Today as thousands mop up the mess, thousands more pick up the pieces of lives left broken by ‘post tropical storm' Irene. Others find themselves forced to completely start over. That's the case in a tiny little town in the Catskill Mountains, measuring 19.6 square miles, named Prattsville. The scene is surreal. Residents are said to have lost everything. Houses were moved off their foundations, buildings were leveled. The banks are gone. The churches are gone. The town was swept away. Now, all that remains is debris and a blanket of mud as far as the eye can see.
Prattsville was first brought to our attention over the weekend by a close friend of Geraldo's who while watching one of the many tales of devastation to play out at the hand of Irene, realized that he knew her intended victims. They were his friends. He sprang into action and here's what we learned. 21 people were forced to seek shelter on top of Moore's Motel...stranded...they watched the flood waters rise around them.
The Motel's owners, Deborah and Stephen Baker, together with their four children and neighbors who the Bakers had invited into their motel for safety, were forced to retreat to the roof of their motel in order to escape certain death by drowning when the Gilboa Dam failed, sending a twenty-foot wall of water toward their property. As a result of the tragedy, they've lost everything-- house, motel, family cars, trucks (he is a builder of modular homes), and personal property.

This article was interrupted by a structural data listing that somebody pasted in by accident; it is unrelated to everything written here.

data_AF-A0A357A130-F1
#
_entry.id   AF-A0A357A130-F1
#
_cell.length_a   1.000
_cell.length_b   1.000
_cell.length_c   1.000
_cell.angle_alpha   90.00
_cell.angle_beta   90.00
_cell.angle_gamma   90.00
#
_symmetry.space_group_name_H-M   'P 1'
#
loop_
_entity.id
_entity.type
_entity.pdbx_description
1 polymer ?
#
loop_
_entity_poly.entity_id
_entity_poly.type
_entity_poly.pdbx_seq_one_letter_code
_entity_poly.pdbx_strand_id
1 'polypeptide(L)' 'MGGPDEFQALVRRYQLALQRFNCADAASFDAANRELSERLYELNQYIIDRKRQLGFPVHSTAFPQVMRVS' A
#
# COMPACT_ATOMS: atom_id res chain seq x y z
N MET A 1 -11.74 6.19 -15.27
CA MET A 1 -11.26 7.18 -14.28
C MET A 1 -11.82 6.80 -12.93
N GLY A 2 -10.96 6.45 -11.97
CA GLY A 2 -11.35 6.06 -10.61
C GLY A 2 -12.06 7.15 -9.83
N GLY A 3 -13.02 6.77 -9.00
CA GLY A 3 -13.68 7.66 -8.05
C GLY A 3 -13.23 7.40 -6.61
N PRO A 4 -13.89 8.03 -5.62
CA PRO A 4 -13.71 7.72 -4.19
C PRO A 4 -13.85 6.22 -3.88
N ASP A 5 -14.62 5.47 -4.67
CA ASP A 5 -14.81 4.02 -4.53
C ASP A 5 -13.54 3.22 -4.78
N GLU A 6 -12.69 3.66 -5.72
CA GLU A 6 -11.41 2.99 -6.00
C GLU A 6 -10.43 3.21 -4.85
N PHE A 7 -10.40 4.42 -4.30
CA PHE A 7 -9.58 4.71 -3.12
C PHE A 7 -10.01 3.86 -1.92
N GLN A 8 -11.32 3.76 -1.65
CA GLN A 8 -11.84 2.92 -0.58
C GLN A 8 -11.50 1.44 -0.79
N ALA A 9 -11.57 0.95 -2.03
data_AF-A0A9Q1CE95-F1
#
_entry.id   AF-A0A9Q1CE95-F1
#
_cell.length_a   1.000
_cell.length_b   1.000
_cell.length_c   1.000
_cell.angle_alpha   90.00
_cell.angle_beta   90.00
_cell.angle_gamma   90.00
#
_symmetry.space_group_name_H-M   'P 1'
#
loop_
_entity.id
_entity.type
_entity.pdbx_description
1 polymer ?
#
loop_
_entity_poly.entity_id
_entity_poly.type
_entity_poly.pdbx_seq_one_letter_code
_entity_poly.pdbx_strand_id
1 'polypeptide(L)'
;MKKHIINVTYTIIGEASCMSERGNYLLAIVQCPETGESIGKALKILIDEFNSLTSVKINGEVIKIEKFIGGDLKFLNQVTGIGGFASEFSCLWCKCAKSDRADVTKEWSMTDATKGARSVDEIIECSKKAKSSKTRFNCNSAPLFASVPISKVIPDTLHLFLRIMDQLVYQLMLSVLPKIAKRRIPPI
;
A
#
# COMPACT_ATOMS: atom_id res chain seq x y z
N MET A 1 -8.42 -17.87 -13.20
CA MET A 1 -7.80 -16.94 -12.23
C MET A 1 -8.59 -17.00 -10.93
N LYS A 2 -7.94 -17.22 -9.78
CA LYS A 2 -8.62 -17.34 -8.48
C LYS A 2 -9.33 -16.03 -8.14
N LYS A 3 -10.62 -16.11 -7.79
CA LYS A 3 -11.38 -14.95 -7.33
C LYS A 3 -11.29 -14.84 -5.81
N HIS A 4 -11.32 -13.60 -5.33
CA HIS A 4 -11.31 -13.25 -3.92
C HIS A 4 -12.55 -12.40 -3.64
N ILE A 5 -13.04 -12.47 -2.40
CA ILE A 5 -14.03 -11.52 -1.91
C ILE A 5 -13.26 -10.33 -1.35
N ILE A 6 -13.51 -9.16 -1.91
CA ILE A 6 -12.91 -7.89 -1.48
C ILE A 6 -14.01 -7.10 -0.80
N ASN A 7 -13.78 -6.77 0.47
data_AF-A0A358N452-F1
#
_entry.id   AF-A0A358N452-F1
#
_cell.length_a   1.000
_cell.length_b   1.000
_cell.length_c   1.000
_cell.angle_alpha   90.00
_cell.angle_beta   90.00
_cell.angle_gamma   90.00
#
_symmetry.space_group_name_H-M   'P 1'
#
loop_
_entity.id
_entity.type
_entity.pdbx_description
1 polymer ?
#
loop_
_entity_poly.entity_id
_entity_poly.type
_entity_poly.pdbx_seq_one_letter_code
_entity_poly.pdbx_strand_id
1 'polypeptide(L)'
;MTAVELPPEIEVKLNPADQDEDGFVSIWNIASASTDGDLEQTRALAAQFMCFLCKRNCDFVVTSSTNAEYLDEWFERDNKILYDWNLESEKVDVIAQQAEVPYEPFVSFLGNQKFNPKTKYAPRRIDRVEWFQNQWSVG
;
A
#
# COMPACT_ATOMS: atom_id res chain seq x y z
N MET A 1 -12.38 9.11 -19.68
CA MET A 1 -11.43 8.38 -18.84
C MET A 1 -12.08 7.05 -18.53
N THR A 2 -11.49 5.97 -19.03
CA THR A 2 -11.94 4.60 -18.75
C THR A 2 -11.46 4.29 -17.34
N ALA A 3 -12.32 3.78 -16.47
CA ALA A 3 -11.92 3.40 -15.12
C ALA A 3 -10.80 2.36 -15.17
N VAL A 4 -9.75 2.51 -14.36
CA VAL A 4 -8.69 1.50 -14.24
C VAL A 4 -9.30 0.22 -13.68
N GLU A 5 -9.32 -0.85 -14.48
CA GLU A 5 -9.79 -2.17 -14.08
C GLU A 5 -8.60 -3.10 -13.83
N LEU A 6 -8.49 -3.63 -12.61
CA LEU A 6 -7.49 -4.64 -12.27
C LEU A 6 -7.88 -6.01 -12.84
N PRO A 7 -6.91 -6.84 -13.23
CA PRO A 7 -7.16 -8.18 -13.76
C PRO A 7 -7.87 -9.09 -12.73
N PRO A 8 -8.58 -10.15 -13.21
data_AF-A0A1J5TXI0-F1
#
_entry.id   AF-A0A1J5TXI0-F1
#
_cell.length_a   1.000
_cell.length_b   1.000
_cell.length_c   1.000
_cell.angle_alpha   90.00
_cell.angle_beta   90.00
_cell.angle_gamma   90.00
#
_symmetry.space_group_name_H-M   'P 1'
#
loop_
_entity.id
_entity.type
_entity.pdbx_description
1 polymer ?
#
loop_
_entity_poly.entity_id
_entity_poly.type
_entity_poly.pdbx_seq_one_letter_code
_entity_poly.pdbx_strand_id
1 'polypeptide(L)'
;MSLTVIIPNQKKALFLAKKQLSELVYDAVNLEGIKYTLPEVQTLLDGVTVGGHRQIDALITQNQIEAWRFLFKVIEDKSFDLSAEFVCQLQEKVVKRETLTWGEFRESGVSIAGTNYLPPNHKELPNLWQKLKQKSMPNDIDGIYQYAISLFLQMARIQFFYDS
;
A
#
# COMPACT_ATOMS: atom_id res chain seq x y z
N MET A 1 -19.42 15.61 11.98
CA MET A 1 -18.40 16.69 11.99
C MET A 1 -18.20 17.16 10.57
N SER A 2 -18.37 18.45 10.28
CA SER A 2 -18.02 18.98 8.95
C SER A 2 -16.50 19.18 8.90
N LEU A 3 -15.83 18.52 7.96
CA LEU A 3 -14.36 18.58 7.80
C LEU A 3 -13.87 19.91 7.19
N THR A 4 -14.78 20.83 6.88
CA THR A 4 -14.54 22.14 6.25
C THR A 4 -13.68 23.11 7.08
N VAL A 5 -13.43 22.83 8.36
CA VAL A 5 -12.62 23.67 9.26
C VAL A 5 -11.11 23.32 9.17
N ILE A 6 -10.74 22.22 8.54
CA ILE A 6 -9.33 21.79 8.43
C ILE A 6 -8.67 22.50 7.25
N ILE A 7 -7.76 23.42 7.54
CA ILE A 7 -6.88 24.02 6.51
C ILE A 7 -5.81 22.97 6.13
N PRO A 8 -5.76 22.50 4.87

They, like many more are destitute and homeless. After having spent a lifetime raising a family, helping in their community and building their businesses...they now have nothing but the clothes on their backs. And though they are now safe, they are not sound.
Prattsville and the Bakers are but one face in the crowd of victims left in Irene's wake. Their story needed to be told. All of your stories need to be told so that we may come together and bring aid to those most in need. So again, please, post your stories and those of your families, friends and neighbors.
FEMA aid is expected to begin immediately. You may begin applying for assistance on Thursday by calling 1-800-621-FEMA, or by registering online at DisasterAssistance.gov.